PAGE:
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Progressing Cavity Pumping Systems

Cyclic Harmonics
There is an inherent harmonic cycle that can occur in PC pumping Systems under certain circumstances. This harmonic cycle is dependent on many variables in the system, such as size and grade of the sucker rod string, lubricity of the produced fluid, BHT, pump displacement, rotational speed and rotor/stator interference fit. Cyclic harmonics occur when there is a deviation between the pump break-away torque (start-up) vs. the normal operating torque (sum of the pump friction and hydraulic torques). Most, if not all PC pumps will have a higher break-away torque then running torque. In applications where the produced fluid has little or no lubrication, such as CBM or water source wells, there can be significant differences between the breakaway torque and running torque as opposed to those usually observed in oil producing wells. As a result water source or high water cut wells are more prone to rod string cyclic harmonics. When a PC pumping system is started the surface drive equipment will rotate and start to twist or wrap-up the sucker rod string, much like if you were to pull a rubber band taunt, anchor it at one end and then continually put twists in one direction into it. As wraps are put into the sucker rod string a torque is developed. The number of wraps is dependent on the rod string size, grade and torque will continue to increase until: 1. 2. 3. The breakaway torque of the rotor is reached and the rotor starts to spin inside the stator. The torque-limit of the surface equipment is reached. The drive string breaks.

Once there is sufficient torque in the drive string to overcome the breakaway torque of the pump, the rotor will start turning. If the breakaway torque is extremely high the sudden release of torsional energy in the drive string can result in tremendous forward acceleration. In some cases, this forward acceleration is so great that the drive string will catch up to the polished rod and excel past it. At the point where the drive string excels past the polished rod the torque drops to 0 ft-lbs and the rotor stops inside the stator. Once the rotor has stopped the drive string must again wrap-up to generate the required break-away torque. In most PC pumping applications this harmonic cycle can usually be detected on surface through fluctuations in the drivehead speed or VFD torque reading. In some cases, increasing the polished rod speed to stay ahead of the forward acceleration of the rod string when the rotor breaks free can effectively reduce the magnitude of the harmonics. However, caution must be taken to ensure that the well is capable of producing at a higher production rate. The key to eliminating or minimizing cyclic harmonics is by reducing the pump friction torque. This is achieved by optimizing the pump displacement, lift capacity and rotor/stator interference fit specific for the application. Pump friction torque is directly related to the pump displacement, lift capacity (length) and rotor/stator interference fit. For example a model 200-2100 (32-600) based on average rotor/stator interference fits will have a pump friction torque of approximately 29 ft-lbs. If the lift capacity (length) of the pump is doubled the friction torque also doubles. I.e. a model 200-4100 (32-1200) would have a pump friction torque of 48 ft-lbs. If the pump displacement were doubled then the pump friction would also double. I.e. a 400-2100 (64-600) would have a pump friction torque of 48 ft-lbs.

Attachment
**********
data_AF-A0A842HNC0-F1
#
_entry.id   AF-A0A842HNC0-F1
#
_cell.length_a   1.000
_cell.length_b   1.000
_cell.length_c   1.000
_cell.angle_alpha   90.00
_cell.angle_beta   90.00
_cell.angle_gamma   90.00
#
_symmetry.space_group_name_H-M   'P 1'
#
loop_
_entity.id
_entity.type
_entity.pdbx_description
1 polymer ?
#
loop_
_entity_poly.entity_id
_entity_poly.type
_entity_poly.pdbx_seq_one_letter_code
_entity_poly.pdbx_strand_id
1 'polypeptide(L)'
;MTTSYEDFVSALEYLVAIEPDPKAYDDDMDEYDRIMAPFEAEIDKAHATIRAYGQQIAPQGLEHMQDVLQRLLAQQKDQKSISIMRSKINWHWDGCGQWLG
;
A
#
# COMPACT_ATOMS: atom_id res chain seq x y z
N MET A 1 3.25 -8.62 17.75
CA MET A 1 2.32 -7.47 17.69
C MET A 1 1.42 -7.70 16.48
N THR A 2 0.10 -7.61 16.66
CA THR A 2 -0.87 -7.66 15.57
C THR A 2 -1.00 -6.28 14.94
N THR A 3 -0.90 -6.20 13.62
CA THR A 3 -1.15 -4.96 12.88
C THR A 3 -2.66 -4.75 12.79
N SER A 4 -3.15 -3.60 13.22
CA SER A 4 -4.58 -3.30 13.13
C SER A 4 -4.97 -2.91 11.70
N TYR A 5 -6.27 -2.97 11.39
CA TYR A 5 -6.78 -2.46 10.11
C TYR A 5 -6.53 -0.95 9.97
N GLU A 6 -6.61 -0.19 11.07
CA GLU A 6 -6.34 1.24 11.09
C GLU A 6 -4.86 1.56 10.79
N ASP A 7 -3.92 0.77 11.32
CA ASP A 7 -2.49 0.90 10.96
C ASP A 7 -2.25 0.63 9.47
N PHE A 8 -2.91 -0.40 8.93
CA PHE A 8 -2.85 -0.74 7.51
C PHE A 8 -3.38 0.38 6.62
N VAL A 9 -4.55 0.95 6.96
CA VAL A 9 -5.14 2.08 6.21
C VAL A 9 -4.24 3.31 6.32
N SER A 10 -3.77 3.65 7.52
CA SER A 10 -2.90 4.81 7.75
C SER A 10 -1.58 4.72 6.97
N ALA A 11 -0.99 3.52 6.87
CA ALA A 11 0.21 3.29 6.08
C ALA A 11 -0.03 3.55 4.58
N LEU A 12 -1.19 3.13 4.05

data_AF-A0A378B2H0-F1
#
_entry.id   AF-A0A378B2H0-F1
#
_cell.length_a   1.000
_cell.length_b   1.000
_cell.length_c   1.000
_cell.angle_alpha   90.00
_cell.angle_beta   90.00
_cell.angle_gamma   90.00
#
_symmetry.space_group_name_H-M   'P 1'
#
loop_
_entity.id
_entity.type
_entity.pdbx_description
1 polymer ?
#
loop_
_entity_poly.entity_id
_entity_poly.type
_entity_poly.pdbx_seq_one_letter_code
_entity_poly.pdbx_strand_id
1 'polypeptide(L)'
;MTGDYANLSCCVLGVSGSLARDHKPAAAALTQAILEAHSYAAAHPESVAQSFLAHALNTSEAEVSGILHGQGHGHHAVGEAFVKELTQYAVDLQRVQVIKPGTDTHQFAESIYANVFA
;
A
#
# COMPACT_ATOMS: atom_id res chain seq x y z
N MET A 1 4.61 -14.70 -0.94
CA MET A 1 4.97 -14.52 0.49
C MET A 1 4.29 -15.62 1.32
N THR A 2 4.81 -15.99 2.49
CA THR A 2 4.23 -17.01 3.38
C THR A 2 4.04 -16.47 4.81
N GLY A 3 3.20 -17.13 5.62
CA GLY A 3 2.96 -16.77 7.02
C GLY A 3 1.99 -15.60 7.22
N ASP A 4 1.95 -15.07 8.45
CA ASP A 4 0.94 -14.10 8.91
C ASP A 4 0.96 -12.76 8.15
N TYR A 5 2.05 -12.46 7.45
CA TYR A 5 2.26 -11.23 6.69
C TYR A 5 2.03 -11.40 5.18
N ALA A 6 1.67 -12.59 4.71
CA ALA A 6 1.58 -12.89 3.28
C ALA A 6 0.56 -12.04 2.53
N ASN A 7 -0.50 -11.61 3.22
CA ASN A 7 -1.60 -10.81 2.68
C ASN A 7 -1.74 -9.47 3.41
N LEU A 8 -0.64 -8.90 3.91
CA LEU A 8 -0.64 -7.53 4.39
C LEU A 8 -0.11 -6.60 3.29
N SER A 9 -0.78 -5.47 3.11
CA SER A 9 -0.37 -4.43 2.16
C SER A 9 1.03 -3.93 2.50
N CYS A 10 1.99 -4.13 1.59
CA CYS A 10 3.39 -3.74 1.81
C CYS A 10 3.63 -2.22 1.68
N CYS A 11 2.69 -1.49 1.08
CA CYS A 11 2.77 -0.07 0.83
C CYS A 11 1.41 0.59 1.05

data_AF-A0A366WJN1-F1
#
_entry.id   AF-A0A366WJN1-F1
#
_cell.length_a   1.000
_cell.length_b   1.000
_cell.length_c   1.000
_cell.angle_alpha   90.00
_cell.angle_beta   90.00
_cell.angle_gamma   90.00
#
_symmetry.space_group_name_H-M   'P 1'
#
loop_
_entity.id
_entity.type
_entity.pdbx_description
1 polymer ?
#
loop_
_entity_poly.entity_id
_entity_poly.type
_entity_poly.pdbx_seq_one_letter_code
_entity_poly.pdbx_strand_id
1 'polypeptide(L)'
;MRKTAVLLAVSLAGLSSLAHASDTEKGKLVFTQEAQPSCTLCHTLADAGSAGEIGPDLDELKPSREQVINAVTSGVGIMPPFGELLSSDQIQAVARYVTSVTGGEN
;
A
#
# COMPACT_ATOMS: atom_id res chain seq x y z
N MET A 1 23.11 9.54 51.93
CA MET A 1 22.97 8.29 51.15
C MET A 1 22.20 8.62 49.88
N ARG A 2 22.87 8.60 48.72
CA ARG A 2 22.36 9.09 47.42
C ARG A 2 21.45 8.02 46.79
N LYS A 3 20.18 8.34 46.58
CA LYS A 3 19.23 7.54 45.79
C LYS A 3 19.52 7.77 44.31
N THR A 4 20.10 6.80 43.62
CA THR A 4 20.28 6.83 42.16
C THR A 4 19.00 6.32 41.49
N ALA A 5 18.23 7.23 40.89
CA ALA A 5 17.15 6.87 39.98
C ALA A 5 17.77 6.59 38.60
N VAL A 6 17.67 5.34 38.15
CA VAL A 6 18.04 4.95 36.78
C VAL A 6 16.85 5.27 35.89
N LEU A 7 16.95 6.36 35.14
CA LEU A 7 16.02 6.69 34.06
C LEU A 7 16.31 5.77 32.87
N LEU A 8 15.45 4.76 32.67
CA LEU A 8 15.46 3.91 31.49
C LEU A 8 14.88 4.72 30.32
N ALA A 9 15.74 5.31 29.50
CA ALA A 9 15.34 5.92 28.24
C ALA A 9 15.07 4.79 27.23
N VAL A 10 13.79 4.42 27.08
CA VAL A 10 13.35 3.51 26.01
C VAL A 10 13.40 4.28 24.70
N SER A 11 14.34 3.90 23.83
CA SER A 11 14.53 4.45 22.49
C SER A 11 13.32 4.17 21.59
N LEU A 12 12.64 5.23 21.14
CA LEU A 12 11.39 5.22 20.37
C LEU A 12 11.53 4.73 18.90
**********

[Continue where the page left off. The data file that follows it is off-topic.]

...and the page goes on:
Weatherford Artificial Lift Systems


Weatherford PC Pump Ltd. 2801 - 84 Avenue Edmonton, Alberta Canada T6P 1K1 Phone (780) 417-4800 Fax (780) 464-5198 www.weatherford.com

Rod string stiffness also has an impact on cyclic harmonics. The stiffer the rod string the less wraps are required to generate the rotor break-away torque and in some cases solely by installing a stiffer rod string cyclic harmonics can be significantly reduced or eliminated. Typically a larger diameter rod string is required to increase the stiffness as opposed to using a higher grade. To help prevent cyclic harmonics we strongly recommend that in all PC pumping applications a minimum 0.875 D rod be used. If there are any questions or inquiries about this report, please refer to:

TIM W. SOLTYS
Applications Specialist, International Group Weatherford Artificial Lift Systems PC Pump Products & Services 2801 84th Avenue Edmonton, Alberta Canada T6P 1K1 Phone: (780) 417-4847 Fax: (780) 464-5198 Mobile: (780) 910-3041 E-mail: tim.soltys@canada.weatherford.com

Weatherford Artificial Lift Systems


Weatherford PC Pump Ltd. 2801 - 84 Avenue Edmonton, Alberta Canada T6P 1K1 Phone (780) 417-4800 Fax (780) 464-5198 www.weatherford.com